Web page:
The common refrain from players and team executives at the NHL Entry Draft is that getting drafted, while wonderful, memorable and exciting, is just the first step toward becoming an NHL player.
For a handful of the 30 players picked in the first round of the 2009 Entry Draft, that first step is close to becoming a direct leap from dream to reality.
When the final rosters were submitted Wednesday at 3 p.m. ET, six players picked in the 2009 Entry Draft remained on their respective team's roster.
Not surprisingly, the first four picks of the draft still are with their teams -- the New York Islanders
' John Tavares
, the Tampa Bay Lightning
's Victor Hedman
, Matt Duchene
of the Colorado Avalanche
and Evander Kane
of the Atlanta Thrashers
. Also making it was defenseman Dmitry Kulikov
, taken No. 14 by the Florida Panthers
The big surprise, however, was Ryan O'Reilly
, the Colorado Avalanche
's second-round pick (No. 33). The 6-foot, 200-pound center was scoreless in five preseason games but still made an impression on coach Joe Sacco.
"Right now, I see Ryan as a good penalty killer," Sacco told the Avs' Web site. "Throughout the preseason he's been one of our top penalty-killing forwards, which is pretty impressive for an 18-year old. He has good instincts."
Going into the draft, O'Reilly was lauded for his defensive smarts as well as an offensive game that saw him score 66 points in 68 games for the Erie Otters of the Ontario Hockey League.
"He's very responsible defensively," NHL Central Scouting's Chris Edwards told NHL.com. "He backchecks hard and he's very good at identifying his check in his own end. That's probably something that he's had to do because (Erie) struggled for a couple years. … He's very good at the defensive end of the game, smarts-wise, at identifying people to pick up in his own end."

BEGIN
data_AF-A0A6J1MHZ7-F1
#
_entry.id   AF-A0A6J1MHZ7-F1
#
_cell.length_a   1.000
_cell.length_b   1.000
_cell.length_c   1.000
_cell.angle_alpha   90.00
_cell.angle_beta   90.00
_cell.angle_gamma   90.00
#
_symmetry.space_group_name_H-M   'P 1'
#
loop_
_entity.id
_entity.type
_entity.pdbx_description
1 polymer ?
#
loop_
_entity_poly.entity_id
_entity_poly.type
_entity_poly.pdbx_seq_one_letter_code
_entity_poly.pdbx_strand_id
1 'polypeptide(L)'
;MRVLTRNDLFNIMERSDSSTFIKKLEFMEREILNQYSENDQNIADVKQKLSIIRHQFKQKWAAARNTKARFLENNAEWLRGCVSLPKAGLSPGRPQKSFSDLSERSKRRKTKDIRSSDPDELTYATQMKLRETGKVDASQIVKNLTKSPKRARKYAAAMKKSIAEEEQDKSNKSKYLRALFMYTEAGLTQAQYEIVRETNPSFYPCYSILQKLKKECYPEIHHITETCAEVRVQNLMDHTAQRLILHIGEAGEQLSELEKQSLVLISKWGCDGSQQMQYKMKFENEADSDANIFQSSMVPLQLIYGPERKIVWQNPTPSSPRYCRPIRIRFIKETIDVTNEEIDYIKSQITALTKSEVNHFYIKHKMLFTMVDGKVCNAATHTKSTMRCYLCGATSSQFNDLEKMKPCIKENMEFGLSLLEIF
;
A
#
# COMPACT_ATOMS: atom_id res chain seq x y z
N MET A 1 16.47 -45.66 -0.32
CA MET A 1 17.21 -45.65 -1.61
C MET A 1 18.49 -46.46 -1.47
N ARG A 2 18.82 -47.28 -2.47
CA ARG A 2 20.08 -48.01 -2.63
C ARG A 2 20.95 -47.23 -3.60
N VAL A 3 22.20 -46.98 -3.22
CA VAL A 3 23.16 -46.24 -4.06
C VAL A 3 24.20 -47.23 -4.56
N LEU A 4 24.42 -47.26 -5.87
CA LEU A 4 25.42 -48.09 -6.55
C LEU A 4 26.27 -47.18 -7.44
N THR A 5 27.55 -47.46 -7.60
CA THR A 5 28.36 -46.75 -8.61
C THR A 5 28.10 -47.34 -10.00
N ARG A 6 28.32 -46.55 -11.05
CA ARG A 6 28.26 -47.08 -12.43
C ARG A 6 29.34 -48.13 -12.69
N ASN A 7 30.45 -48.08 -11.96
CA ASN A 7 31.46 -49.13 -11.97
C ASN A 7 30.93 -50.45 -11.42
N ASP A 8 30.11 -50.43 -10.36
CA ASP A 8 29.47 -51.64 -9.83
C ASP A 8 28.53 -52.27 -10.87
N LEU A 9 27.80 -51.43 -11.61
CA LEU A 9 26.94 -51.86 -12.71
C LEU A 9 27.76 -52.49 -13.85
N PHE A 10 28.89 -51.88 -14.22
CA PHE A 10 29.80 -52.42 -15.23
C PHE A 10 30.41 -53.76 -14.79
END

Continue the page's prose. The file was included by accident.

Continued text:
"He's a special player," Erie GM Sherry Bassin told NHL.com. "He's nowhere near the level he's going to be. He really accepts the challenge of getting better. He really believes in the team winning, not himself. I haven't had a kid that's so focused on preparation and just working on getting better. He's got such a work ethic you almost have to pull him away. We always talk about the will to prepare -- well, he's got a phenomenal will to prepare. His ability with the puck and his vision … his skating will get so much better because he'll find a way to get better. In drills he forces himself to do things just to get an advantage.
"The people that pass him up in the draft at the appropriate spot will regret they passed him up. We've just seen the tip of the iceberg on this guy."
Avalanche GM Greg Sherman wasn't intimately involved with O'Reilly's selection in June -- he had been hired only a couple of weeks earlier -- but he's been duly impressed.
"Ryan came to our development camp and rookie camp and made an impression," Sherman told NHL.com. "At this point we're excited he's going to start with us."
Last season, 10 players taken in the first round in 2008 were on opening-night rosters, 11 first-round picks (plus Ottawa third-round pick Zack Smith
) played at least one NHL game and six -- Steven Stamkos
(No. 1, Lightning), Drew Doughty
(No. 2, Kings), Zach Bogosian
(No. 3, Thrashers), Luke Schenn
(No. 5, Maple Leafs), Mikkel Boedker
(No. 8, Coyotes), and Josh Bailey
(No. 9, Islanders) lasted all season in the NHL.
While that impressive feat won't be repeated, those that made it as 18-year-olds have accomplished a lot.